last summer or fall, I decided I would finally seriously apply for a
I'd started the process before, asking for their brochures, sending
letters and notes, almost putting together a proposal, but always, I
managed to scrape up the money on my own, and I would abandon the Xeric
process and go on to publish a single-edition-sized drawn book.
This time, however, several factors made me decide to go for it. My
financial situation was tighter, and -- what the heck. Everybody with
a quality book seemed to be going for it. The Xeric Grant was sponsoring
some good stuff. I decided to apply, seriously this time, just to be
able to say I'd attempted the process.
I called up my favorite (especially because it's local) printer, Consolidated
Press, in Seattle, and got some estimates. They were pretty loose -
I didn't even know how much shipping I'd deal with. I didn't figure
I'd come close to getting the full costs -- IF I won at all -- so I
just put down the amount for the book itself. It was a pretty hefty
Then I went and copied all the art, and tried to make it legible. It's
been done in a lot of different sizes, over the years. I boxed up my
huge stack of copies -- 6 copies of a 224-page book is a LOT of paper.
Did all the rest of the paperwork, including all the embarrassing yada
about how important the book was, and what a great artist and writer
I was, and how much drawn books meant as an art form. Well, it's a grant,
I thought. I'm supposed to do this. If I can do it for advertising,
I can do it for a grant. Besides, drawn books ARE an important art form.
Threw it in the mail. And went off to do other things. I'd get it, or
I wouldn't. I didn't figure I'd get it. It's my mother was the lucky
one. If she said a horse had a pretty tail, it would win. I never won
Right around September 11, things went bad for me. Not because of that,
but it's another story. I didn't feel like doing anything. I sure didn't
feel like drawing a book, much less publishing one.
One day, a little note floated into the mail slot that told me I'd successfully
completed the grant process. I was pleased, but I shrugged. It was like
completing a homework project. I'd gotten an okay from the teacher,
but that was probably as far as it was going to go. I filed it, happy
that at least I'd gotten that project out of the way. I could say I'd
tried. And I could deduct all those copy costs.
In the meantime, I went on putting my head back together. And long,
long, before I was ready for it, I got this letter in the mail. Xeric
Grant. Here we go, I thought. One more thing to file. "We would
like to inform you -- "
I dropped the letter.
I almost dropped over myself.
I'd WON the damn thing!!!!
ALL OF IT.
Oh Jesus. I'd have to publish the book. San Diego was coming up. No
way I could put it together to make it in time. My head was still in
little splinters, not capable, not even wanting to think about it.
So, yes, I turned to my usual means of getting my head together. In
a perfect panic, I spent the rest of the day mumbling to myself. And
when night came, I spent all of it throwing up and drinking water, throwing
up and drinking water. My body and I were not friends. Its sole goal
in life is to a wealthy invalid. When the brain springs these little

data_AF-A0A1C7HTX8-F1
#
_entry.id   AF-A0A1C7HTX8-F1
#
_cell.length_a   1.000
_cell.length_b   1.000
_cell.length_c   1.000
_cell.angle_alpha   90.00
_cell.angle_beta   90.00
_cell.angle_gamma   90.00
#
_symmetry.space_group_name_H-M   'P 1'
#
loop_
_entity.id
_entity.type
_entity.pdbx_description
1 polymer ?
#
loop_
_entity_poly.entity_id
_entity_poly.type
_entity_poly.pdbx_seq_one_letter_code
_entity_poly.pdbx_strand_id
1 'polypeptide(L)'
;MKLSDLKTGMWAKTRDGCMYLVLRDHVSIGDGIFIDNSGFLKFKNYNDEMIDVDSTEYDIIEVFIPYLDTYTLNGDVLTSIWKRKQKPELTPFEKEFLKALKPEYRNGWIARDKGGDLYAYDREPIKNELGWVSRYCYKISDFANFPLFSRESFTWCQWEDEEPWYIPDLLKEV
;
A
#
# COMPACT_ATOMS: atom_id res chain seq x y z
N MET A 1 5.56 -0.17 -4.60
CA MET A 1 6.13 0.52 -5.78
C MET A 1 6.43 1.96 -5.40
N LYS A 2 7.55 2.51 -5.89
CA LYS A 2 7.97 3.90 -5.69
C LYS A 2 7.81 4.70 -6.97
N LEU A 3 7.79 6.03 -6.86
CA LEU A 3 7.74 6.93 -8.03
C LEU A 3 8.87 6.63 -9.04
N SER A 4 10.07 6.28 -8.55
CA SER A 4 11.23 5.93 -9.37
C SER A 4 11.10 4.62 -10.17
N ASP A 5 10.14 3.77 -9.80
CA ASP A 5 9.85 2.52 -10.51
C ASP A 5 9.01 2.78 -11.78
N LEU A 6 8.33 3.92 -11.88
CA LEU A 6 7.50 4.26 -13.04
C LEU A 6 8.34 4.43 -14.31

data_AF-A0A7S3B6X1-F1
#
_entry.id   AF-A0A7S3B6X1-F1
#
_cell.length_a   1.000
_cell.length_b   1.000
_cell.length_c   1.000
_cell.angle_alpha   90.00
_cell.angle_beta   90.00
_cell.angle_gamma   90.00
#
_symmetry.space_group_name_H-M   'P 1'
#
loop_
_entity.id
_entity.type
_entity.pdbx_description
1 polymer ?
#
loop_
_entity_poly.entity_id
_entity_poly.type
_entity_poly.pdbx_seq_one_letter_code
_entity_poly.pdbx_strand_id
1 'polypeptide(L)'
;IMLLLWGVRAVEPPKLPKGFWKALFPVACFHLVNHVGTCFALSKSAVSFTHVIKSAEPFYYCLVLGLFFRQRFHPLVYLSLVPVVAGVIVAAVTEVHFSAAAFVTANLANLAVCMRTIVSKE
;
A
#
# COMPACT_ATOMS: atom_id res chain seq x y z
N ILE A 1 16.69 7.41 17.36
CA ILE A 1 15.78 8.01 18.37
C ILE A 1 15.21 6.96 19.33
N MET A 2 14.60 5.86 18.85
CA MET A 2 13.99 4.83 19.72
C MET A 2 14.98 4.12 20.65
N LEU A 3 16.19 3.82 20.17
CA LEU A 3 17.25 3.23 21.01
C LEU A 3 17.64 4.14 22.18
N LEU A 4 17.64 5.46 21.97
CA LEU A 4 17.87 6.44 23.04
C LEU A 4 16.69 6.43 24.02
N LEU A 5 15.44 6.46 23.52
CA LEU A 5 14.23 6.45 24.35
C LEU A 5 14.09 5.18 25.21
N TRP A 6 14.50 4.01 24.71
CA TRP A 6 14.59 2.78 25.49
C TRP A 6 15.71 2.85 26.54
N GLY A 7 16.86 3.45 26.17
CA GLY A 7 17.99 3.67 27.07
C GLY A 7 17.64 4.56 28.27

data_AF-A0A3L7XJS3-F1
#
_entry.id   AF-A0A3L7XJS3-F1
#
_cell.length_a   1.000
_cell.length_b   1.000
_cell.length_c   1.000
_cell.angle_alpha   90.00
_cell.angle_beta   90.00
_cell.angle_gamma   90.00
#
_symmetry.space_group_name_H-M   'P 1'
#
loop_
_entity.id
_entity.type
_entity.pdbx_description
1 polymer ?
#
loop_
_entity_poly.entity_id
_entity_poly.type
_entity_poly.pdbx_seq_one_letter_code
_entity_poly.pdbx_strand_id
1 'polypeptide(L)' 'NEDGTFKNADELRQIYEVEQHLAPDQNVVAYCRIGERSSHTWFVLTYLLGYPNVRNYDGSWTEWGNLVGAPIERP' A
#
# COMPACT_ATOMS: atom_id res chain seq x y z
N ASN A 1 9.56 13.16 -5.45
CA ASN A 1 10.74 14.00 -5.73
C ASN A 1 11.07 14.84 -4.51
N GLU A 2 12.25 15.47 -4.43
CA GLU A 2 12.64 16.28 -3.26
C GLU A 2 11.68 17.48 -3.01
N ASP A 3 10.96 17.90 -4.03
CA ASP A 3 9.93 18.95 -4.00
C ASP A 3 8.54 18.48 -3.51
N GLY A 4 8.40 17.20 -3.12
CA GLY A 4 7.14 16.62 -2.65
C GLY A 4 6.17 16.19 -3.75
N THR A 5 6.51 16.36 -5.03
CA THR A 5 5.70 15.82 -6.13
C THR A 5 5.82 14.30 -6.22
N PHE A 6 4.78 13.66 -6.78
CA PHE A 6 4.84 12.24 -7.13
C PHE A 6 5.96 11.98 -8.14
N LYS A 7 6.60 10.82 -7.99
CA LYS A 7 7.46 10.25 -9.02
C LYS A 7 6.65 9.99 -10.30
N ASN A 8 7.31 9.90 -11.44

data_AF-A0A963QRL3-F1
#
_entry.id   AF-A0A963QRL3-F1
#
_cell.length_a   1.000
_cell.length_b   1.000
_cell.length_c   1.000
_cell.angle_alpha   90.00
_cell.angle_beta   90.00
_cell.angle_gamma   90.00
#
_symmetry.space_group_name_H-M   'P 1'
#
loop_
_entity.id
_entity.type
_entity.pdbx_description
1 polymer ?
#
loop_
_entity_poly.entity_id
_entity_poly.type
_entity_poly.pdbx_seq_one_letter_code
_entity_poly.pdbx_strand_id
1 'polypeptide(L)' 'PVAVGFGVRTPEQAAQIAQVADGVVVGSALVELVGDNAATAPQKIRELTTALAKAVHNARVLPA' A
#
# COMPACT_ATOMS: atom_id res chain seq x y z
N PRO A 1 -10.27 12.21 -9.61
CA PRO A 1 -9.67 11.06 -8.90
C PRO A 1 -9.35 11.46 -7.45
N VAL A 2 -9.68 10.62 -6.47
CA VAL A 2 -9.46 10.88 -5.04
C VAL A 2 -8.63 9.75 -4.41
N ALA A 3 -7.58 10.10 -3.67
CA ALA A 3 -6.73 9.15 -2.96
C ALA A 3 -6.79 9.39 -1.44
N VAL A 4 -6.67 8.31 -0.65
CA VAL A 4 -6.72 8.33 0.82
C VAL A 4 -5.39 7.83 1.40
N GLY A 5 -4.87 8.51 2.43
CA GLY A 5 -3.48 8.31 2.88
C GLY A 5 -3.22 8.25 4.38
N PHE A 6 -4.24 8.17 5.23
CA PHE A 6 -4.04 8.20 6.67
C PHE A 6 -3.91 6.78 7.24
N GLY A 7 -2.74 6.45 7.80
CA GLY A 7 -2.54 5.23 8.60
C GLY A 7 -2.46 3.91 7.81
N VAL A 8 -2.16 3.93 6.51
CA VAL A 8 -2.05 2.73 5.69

surprises on it, it doesn't get mad, it gets EVEN.
Anyway, the next morning, I started making the usual phone calls to
Consolidated Printing, telling them I had the money, and we could start.
Now this is the easy part. You just tell the distributors you're coming,
and solicit within their deadlines. Quick, get on the email (anybody
wants to know those email addresses, just ask - I'm at www.stinz.com
or email@example.com if you want to be more direct). Then go lay out the
information and a little art and zip it over to them, using the ftp
site on my website. Put together an ad for the CBG. Tell everybody on
my email list, including all my favorite retailers. Be sure to encourage
people to buy from retailer they like, but if they don't have one, then
to check out the website and order from there.
In the meantime, get the layout files ready, and send preliminaries
over to Consolidated. They want some payment up front, so ask Xeric
for it. They send the whole grant. Wow. In the meantime, find out about
all my stupid mistakes, like wrong dpi for the illos on the back cover.
Or a bad ISBN plate. Fix that. Finally get a blue-line. Find out that
Consolidated laid this out on a 95 degree day, which is killer for Seattle,
and were all heat-happy, so they swapped pages and used the wrong files.
No biggie - way ahead of deadline. Have 'em do it again, their costs,
not mine. Consolidated NEVER screws up, but like I said, when it's hot
and sunny in Seattle, everybody gets giddy and just wants to go to the
beach. Keep this in mind when doing business with the Pacific Northwest.
We work like little beavers when it's raining. Red Ryder would be proud.
The books are printed a month ahead of time. Better get 'em, before
we have warehousing costs kick in. Run over to grab them in my '69 VW
bug, or at least part of them, because the bug is not going to haul
more than 350 pounds. Roberta Gregory, who is almost like a co-op partner
with me, promises to get the rest in her truck. I'll do the drop-shipping
myself this time.
Ship a big box to Cold Cut, to participate in the Indy Island for the
2002 San Diego Comicon. Wait for the orders to come in - as they are.
Oh, jeeze... I hope I printed enough copies.
(PS.. If I'd been farther along in the Print-on-demand methods,
I'd have applied for that, instead of for traditional web-press printing.
Since then, I've discovered a POD company that I think can do it for
drawn books. And I've had them talk to distributors and retailers, and
it looks like these important parts of our industry won't be left out.
If I find out how, I'll share that too! The more bees - the more flowers.)
Barr's Excellent Items: www.stinz.com